That’s not to say every one functions. There are scrap metal collectors here that knock fuses off big bombs, harvest the explosives, and sell the metal casing as scrap. Some have been doing it for many years.

What’s the proper frame of mind when approaching unexploded ordnance?
I don’t want to sound overly dramatic, but one slip and it could be your last. You have to keep sharp, mentally. You want to identify the group from which it comes: projectile grenade, mortar, cluster bomb, air drop weapon, missile, rocket. And that will tell you how to approach it. For example, you don’t want to approach a rocket from the rear — the motor is in the rear. There’s static in your body. If you touch it, you might transmit a small electrical current, and that might cause the ordnance to function, depending on the fuse.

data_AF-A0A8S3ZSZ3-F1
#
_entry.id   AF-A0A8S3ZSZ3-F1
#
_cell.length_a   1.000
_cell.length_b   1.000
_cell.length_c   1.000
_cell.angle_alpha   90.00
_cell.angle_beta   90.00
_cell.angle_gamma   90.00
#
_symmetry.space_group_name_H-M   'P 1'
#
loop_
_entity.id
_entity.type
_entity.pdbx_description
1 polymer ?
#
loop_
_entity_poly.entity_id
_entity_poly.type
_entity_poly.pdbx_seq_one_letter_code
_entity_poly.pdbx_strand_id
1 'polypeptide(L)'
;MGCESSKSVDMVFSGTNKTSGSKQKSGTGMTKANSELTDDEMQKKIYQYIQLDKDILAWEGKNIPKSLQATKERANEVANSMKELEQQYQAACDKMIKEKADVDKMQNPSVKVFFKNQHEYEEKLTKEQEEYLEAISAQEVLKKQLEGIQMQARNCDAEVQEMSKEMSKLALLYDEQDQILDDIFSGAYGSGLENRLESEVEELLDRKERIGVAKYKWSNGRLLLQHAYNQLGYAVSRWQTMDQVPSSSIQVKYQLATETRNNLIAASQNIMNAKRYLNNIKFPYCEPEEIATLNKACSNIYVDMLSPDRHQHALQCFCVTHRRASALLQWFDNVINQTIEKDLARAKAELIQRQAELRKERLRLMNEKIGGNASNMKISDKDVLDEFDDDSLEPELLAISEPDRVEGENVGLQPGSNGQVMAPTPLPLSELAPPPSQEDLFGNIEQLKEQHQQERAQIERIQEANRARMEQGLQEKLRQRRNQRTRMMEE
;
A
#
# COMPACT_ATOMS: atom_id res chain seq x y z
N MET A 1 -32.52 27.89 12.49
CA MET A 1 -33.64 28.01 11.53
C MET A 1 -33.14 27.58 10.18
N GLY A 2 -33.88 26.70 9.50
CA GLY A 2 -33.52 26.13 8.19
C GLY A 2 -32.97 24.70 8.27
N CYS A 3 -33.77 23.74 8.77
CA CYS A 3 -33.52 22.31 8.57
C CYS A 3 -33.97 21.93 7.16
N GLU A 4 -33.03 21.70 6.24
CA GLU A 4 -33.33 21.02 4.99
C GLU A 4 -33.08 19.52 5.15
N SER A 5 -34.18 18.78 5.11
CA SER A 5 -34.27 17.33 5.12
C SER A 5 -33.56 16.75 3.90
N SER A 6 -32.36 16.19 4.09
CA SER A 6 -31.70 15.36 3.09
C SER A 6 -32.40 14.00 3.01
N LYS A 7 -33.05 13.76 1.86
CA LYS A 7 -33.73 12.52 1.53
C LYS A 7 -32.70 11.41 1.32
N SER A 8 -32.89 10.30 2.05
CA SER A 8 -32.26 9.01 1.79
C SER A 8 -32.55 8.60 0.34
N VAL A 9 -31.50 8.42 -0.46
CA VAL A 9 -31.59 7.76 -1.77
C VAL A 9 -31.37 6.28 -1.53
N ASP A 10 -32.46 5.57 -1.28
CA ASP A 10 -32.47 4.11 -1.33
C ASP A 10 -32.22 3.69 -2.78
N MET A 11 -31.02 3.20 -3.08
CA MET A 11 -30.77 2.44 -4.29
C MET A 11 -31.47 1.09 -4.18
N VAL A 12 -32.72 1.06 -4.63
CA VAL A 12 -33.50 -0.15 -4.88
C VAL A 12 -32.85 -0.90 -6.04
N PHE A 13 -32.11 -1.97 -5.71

What’s been the most memorable moment so far?
Rendering safe my first big bomb. We stopped in one day to visit one of our all-women teams. I said to the team leader, “Ms. Peng, I’ve been here two months and we haven’t found a bomb yet. It would be nice to find a big bomb.” She said, “Mr. John, we’ll do our best.”

My colleague and I got in the car and drove back to Phonsavanh, about a two-hour drive. We were there maybe 10 minutes and the phone rang. It was the leader of the girls’ team calling to tell us they’d found a bomb. So we got in the car and headed back. Sure enough, it was a 750-pound bomb that looked as fresh as the day it was built. The paint was still a nice green, you could read the stencilling on it.

How did you render it safe?